Tomorrow is my birthday, and I was going to post then because, well I don't know. Seemed like a good time to post. Yes, my birthday; the day the world was given the gift of me. Personally, I think it should be a national holiday but the powers that be disagree. No matter, it's a holiday in my mind.
The first Open Book Toronto challenge ran in January and it produced slightly less entries than expected. That's our fault in part because we didn't get the link out as well as we could. Before I go on, let me congratulate Wendy Swore on her awesome story Stroke, which won the challenge for January. I had a really hard time choosing between Stroke and another entry from another great writer. In the end it was appeal that won out. Wendy used an old technique that is really hard to pull off, the old leading the reader to believe one thing so that at the end they feel like a giant perv for misreading the words so totally. Good job Wendy.
It's really early and my brain is not quite into the awake zone that I try to function in, so if I seem a bit mixedup, forgive me. The caffeine is not circulating through my veins as it should today. I decided that in honor of my birthday, I'd entertain you all with a story similar to the writing challenge in Open Book last month. Well, it's funny in my book anyway. I was reminded of it when my daughter came home from her first 'semi formal' dance with a boyfriend. Yeah, polishing the pruning shears right now. Like I need my perfect child becoming a hormone crazed teen. She wasn't supposed to be interested in dating yet. That wasn't the plan.
Damn it, why can't they just do things the way that makes me happy? Okay, on with the story. *sigh*
Some of you have seen this one before so, if you don't want to read, well Clive has cookies and margaritas over there. Go join him.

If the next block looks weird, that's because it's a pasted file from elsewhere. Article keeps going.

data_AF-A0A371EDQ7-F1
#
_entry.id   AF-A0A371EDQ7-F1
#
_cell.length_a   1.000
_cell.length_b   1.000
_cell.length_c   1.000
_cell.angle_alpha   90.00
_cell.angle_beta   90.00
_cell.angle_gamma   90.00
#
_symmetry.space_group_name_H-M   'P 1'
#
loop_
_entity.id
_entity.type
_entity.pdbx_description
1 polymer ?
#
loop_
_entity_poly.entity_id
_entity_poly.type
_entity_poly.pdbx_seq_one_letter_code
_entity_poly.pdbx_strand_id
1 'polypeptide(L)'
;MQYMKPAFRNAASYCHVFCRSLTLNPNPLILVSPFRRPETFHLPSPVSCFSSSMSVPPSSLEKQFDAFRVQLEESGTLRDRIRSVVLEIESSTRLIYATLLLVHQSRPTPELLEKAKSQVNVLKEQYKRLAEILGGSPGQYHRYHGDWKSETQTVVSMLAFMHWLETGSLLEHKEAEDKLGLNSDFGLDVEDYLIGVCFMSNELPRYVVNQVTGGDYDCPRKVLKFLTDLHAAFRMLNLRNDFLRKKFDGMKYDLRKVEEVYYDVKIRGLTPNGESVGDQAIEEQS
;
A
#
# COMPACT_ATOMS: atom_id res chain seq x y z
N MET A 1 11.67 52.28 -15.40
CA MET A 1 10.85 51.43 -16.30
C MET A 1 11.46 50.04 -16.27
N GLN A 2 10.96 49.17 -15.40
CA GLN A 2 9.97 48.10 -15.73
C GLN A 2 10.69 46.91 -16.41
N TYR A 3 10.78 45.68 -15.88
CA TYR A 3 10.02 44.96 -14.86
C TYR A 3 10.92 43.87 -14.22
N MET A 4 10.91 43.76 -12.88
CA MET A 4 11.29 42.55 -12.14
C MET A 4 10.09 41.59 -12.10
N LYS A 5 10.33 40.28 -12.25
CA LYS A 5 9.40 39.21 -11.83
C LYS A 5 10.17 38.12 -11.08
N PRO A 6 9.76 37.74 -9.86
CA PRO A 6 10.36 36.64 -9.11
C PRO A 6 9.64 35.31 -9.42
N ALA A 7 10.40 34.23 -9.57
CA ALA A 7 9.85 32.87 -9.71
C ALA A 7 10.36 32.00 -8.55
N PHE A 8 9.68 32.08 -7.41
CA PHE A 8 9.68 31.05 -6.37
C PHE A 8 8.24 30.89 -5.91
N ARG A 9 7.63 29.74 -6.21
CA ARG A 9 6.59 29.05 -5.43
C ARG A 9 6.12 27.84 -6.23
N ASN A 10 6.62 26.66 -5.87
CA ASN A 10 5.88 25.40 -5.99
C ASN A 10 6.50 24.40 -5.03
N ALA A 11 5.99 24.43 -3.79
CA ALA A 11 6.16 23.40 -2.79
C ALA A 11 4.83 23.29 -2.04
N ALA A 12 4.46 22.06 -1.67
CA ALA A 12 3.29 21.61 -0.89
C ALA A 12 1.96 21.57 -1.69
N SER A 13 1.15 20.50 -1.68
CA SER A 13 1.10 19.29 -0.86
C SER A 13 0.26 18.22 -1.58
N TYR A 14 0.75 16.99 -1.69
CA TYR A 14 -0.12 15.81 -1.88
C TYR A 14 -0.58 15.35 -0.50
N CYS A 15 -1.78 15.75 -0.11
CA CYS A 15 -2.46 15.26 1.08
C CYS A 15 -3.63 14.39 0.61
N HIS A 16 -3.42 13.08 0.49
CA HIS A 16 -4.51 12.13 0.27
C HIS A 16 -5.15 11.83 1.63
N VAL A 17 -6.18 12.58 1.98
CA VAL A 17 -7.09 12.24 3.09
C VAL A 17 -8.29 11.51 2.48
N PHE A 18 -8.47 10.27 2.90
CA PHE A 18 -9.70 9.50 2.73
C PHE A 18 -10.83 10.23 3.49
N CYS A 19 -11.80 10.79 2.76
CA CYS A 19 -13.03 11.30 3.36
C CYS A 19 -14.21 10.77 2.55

Patience lay in the grass staring up at the sun as it slowly faded. Soon she’d have to go home.
“You’ve got an ant on your leg.” Tobias placed a dirty finger on her thigh and flicked the offending insect away.
“When do you have to go?”
He grunted in reply. Tobias always grunted when he didn’t like something. He leaned over her legs and running a hand along her ankle he let out a low whistle. “That’s gonna hurt tomorrow something fierce. You should be more careful, Pat.”
“It hurts already.”
Tobias’s hand roamed until he came up to her seat. She frowned as he smacked it before bringing his arm down.
“It’s not a toy. Stop that.”
“Bet your chain needs grease.” He turned his green eyes on her and grinned.
“Grease it then.”
“Sure, why not?” she smiled back.
Tobias had a beautiful smile. Filthy from wrestling by the creek, his chin had a streak of mud running across it. Patience longed to wipe it off.
His fingers moved along her seat again and she shifted to her side to watch him.
“Your mom’s gonna know what you were doing. She’s gonna tell you we can’t see each other anymore. Didn’t she tell you to stay away from the creek?”
“How’s she going to know?”
“Well, your ankle for one.” He looked pointedly to the offending appendage, now purple and twice the size it had been.
“I can make something up.”
“What about your hands? She’ll take one look and know you were touching my rod.”
Patience felt her cheeks warm. How would her mother know that? Well, she didn’t care. She was nearly a woman. “She isn’t going to know I did that.”
“I can tell. It always makes your hands pink. Look.”